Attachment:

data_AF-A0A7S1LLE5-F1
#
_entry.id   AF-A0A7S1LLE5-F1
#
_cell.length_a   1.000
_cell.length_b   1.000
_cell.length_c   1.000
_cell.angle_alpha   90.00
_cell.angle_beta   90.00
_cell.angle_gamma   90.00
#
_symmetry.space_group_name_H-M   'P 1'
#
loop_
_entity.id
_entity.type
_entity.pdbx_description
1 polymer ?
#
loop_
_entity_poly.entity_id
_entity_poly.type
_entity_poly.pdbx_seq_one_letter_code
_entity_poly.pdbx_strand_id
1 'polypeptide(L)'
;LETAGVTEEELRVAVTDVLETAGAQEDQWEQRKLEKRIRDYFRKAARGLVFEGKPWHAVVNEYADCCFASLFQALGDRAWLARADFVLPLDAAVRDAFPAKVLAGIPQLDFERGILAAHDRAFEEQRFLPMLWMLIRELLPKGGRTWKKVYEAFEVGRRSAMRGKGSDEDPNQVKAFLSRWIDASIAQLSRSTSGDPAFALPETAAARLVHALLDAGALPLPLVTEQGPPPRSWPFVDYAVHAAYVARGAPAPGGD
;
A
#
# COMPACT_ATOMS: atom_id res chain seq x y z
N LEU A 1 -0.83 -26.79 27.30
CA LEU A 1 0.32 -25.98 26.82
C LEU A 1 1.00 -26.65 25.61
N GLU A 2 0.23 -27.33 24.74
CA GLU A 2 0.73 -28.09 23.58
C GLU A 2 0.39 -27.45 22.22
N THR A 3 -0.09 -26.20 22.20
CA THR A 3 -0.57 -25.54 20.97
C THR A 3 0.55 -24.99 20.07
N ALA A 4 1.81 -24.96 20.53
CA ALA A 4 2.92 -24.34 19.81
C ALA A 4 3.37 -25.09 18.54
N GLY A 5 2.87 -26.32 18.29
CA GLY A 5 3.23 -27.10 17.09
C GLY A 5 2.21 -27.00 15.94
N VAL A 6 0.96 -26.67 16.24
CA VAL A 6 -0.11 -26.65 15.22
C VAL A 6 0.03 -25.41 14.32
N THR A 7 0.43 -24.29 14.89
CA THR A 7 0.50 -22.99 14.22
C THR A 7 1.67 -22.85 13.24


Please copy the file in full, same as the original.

data_AF-A0A7S1LLE5-F1
#
_entry.id   AF-A0A7S1LLE5-F1
#
_cell.length_a   1.000
_cell.length_b   1.000
_cell.length_c   1.000
_cell.angle_alpha   90.00
_cell.angle_beta   90.00
_cell.angle_gamma   90.00
#
_symmetry.space_group_name_H-M   'P 1'
#
loop_
_entity.id
_entity.type
_entity.pdbx_description
1 polymer ?
#
loop_
_entity_poly.entity_id
_entity_poly.type
_entity_poly.pdbx_seq_one_letter_code
_entity_poly.pdbx_strand_id
1 'polypeptide(L)'
;LETAGVTEEELRVAVTDVLETAGAQEDQWEQRKLEKRIRDYFRKAARGLVFEGKPWHAVVNEYADCCFASLFQALGDRAWLARADFVLPLDAAVRDAFPAKVLAGIPQLDFERGILAAHDRAFEEQRFLPMLWMLIRELLPKGGRTWKKVYEAFEVGRRSAMRGKGSDEDPNQVKAFLSRWIDASIAQLSRSTSGDPAFALPETAAARLVHALLDAGALPLPLVTEQGPPPRSWPFVDYAVHAAYVARGAPAPGGD
;
A
#
# COMPACT_ATOMS: atom_id res chain seq x y z
N LEU A 1 -0.83 -26.79 27.30
CA LEU A 1 0.32 -25.98 26.82
C LEU A 1 1.00 -26.65 25.61
N GLU A 2 0.23 -27.33 24.74
CA GLU A 2 0.73 -28.09 23.58
C GLU A 2 0.39 -27.45 22.22
N THR A 3 -0.09 -26.20 22.20
CA THR A 3 -0.57 -25.54 20.97
C THR A 3 0.55 -24.99 20.07
N ALA A 4 1.81 -24.96 20.53
CA ALA A 4 2.92 -24.34 19.81
C ALA A 4 3.37 -25.09 18.54
N GLY A 5 2.87 -26.32 18.29
CA GLY A 5 3.23 -27.10 17.09
C GLY A 5 2.21 -27.00 15.94
N VAL A 6 0.96 -26.67 16.24
CA VAL A 6 -0.11 -26.65 15.22
C VAL A 6 0.03 -25.41 14.32
N THR A 7 0.43 -24.29 14.89
CA THR A 7 0.50 -22.99 14.22
C THR A 7 1.67 -22.85 13.24